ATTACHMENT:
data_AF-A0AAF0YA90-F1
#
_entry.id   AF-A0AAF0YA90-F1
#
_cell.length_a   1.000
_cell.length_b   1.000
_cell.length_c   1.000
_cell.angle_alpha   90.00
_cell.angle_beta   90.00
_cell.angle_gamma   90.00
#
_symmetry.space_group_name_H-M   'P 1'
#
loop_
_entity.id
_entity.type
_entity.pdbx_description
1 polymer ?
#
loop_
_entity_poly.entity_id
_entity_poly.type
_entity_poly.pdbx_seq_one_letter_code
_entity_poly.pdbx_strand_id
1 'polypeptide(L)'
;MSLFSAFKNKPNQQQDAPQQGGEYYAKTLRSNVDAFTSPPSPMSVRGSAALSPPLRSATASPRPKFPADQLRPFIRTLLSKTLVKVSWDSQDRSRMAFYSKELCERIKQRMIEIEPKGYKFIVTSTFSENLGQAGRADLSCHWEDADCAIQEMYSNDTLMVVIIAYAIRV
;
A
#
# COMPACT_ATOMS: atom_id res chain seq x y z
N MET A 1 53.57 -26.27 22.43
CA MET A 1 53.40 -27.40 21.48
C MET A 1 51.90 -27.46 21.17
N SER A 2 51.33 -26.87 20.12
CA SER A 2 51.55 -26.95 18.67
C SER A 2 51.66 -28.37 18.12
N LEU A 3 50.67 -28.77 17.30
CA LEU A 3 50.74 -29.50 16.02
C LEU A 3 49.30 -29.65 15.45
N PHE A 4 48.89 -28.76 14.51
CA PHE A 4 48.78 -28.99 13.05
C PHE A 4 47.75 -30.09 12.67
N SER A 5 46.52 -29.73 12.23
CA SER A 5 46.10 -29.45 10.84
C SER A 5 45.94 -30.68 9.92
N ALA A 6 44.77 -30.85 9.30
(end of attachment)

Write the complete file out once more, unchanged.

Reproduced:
data_AF-A0AAF0YA90-F1
#
_entry.id   AF-A0AAF0YA90-F1
#
_cell.length_a   1.000
_cell.length_b   1.000
_cell.length_c   1.000
_cell.angle_alpha   90.00
_cell.angle_beta   90.00
_cell.angle_gamma   90.00
#
_symmetry.space_group_name_H-M   'P 1'
#
loop_
_entity.id
_entity.type
_entity.pdbx_description
1 polymer ?
#
loop_
_entity_poly.entity_id
_entity_poly.type
_entity_poly.pdbx_seq_one_letter_code
_entity_poly.pdbx_strand_id
1 'polypeptide(L)'
;MSLFSAFKNKPNQQQDAPQQGGEYYAKTLRSNVDAFTSPPSPMSVRGSAALSPPLRSATASPRPKFPADQLRPFIRTLLSKTLVKVSWDSQDRSRMAFYSKELCERIKQRMIEIEPKGYKFIVTSTFSENLGQAGRADLSCHWEDADCAIQEMYSNDTLMVVIIAYAIRV
;
A
#
# COMPACT_ATOMS: atom_id res chain seq x y z
N MET A 1 53.57 -26.27 22.43
CA MET A 1 53.40 -27.40 21.48
C MET A 1 51.90 -27.46 21.17
N SER A 2 51.33 -26.87 20.12
CA SER A 2 51.55 -26.95 18.67
C SER A 2 51.66 -28.37 18.12
N LEU A 3 50.67 -28.77 17.30
CA LEU A 3 50.74 -29.50 16.02
C LEU A 3 49.30 -29.65 15.45
N PHE A 4 48.89 -28.76 14.51
CA PHE A 4 48.78 -28.99 13.05
C PHE A 4 47.75 -30.09 12.67
N SER A 5 46.52 -29.73 12.23
CA SER A 5 46.10 -29.45 10.84
C SER A 5 45.94 -30.68 9.92
N ALA A 6 44.77 -30.85 9.30